Tyler Mason’s Dec. 4 Gopher mailbag
The regular season is over for the Gophers football team as Minnesota now awaits its bowl game fate. In the meantime, I took your questions following Saturday’s 14-3 loss to Michigan State in the regular-season finale. Not surprisingly, many of the questions focused on the struggles of the Gophers’ offense in recent weeks. Thanks to everyone who submitted questions this week — and all season.
Q: Our Gophers, like the Purple, simply need better play from the QB position. My question is with the continuous struggles at the QB position, will the Gophers #1 recruiting target be a passing QB? Thank you.–James T., Mahtomedi, Minn.
A: Even though the Gophers have had their issues at quarterback this year, I don’t see that position being the top priority in recruiting. Keep in mind, Philip Nelson is only a sophomore and Mitch Leidner is a redshirt freshman. Aside from those two, Minnesota is also high on freshman quarterback Chris Streveler, who has yet to play this year and will be a redshirt freshman in 2014. Of the six quarterbacks on their roster, none are set to graduate after this season. The Gophers do have a commitment from high school quarterback Dimonic McKinzy, a three-star recruit from Kansas City, Kan.
There are plenty of areas which Minnesota needs to bolster in recruiting, but I don’t believe quarterback should be the main focus. If anything, I think the Gophers should focus on landing a playmaking wide receiver, something that has been lacking from this year’s team. Minnesota’s 2014 recruiting class currently doesn’t include a wide receiver. True, the Gophers are grooming true freshmen Donovahn Jones and Drew Wolitarsky to become starters in the near future, but another skilled wide receiver could certainly benefit Minnesota’s passing attack.
Q: Tyler, I love the improvements the Gophers have shown with their defense and running game but you cannot compete without a passing attack and the Gophers have shown nothing. Do you think their present QBs can learn or do they have people coming in who can throw the ball? I thank you.–Al, Chatham, Ill.
A: This piggybacks a bit off of the last question about the quarterback situation. I agree that the Gophers have made strides defensively and in the ground game, as David Cobb became the team’s first 1,000-yard rusher since 2006. But the passing game remains a concern. It was Philip Nelson’s team for most of the year, although the Gophers did sub in redshirt freshman Mitch Leidner at times.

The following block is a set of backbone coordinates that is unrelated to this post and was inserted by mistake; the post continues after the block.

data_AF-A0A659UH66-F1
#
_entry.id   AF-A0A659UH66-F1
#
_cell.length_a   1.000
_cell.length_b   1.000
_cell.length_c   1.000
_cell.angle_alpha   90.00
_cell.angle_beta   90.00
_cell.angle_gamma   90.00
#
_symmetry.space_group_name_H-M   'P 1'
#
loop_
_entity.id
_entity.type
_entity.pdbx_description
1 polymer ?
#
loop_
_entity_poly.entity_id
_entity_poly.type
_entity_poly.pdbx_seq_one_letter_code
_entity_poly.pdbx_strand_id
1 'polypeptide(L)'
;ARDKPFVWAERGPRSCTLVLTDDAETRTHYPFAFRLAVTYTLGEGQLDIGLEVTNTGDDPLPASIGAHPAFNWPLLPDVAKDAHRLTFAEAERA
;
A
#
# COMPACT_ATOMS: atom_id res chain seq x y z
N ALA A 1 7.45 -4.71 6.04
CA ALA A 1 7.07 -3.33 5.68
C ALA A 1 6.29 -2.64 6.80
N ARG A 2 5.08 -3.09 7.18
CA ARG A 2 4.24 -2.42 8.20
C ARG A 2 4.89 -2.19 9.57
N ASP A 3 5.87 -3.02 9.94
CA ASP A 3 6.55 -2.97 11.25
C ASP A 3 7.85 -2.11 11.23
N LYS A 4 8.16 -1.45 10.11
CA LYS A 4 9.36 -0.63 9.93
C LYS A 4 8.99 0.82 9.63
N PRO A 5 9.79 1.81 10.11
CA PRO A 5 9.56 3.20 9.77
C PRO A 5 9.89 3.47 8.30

Nelson showed some promise at times and was able to make many good throws throughout the season. His best stretch of the year came during Minnesota’s four-game winning streak in the Big Ten. During that time he threw for seven touchdowns and zero interceptions. But Nelson didn’t find the end zone in the final two games and had a pair of interceptions — both coming against Michigan State. In 10 games, Nelson topped 200 yards just once. Compare that to the four games in which he had less than 100 yards (granted, one of those was a game in which he was injured).
Leidner didn’t have much more success during his limited playing time. He finished with less than a third of the pass attempts that Nelson had but did complete them at a higher percentage (57.1 percent vs. 51.4). Yet Leidner only had one touchdown in the seven games in which he attempted a pass. In his start against Michigan on the road in a hostile environment, Leidner did have some success moving the ball down the field and finished with a season-high 145 passing yards.
In the cases of both quarterbacks, there are several factors at play. One glaring issue is the lack of weapons around both Nelson and Leidner. While Cobb was a nice complement in the backfield, neither quarterback had a playmaker at wide receiver to throw the ball to. Derrick Engel had a nice season before tearing his ACL in practice prior to the Gophers’ game against Wisconsin, but he was really the lone go-to target. Not having reliable receivers — there were many drops throughout the season — hurt the passing game.
The other key factor is the youth of not only the quarterbacks — Nelson is a sophomore and Leidner is a redshirt freshman — but their receivers were young, too. This is a passing attack that is young and will continue to grow and learn together. In that regard, I do believe that Minnesota’s current quarterbacks will get better. Nelson was thrown into the fire last year as a true freshman and made strides as a sophomore. We can expect Leidner will learn from his experience this year, too. And the Gophers do have another young quarterback, freshman Chris Streveler, who will continue to learn and develop. He used a redshirt this year, so he’ll have four years of eligibility left.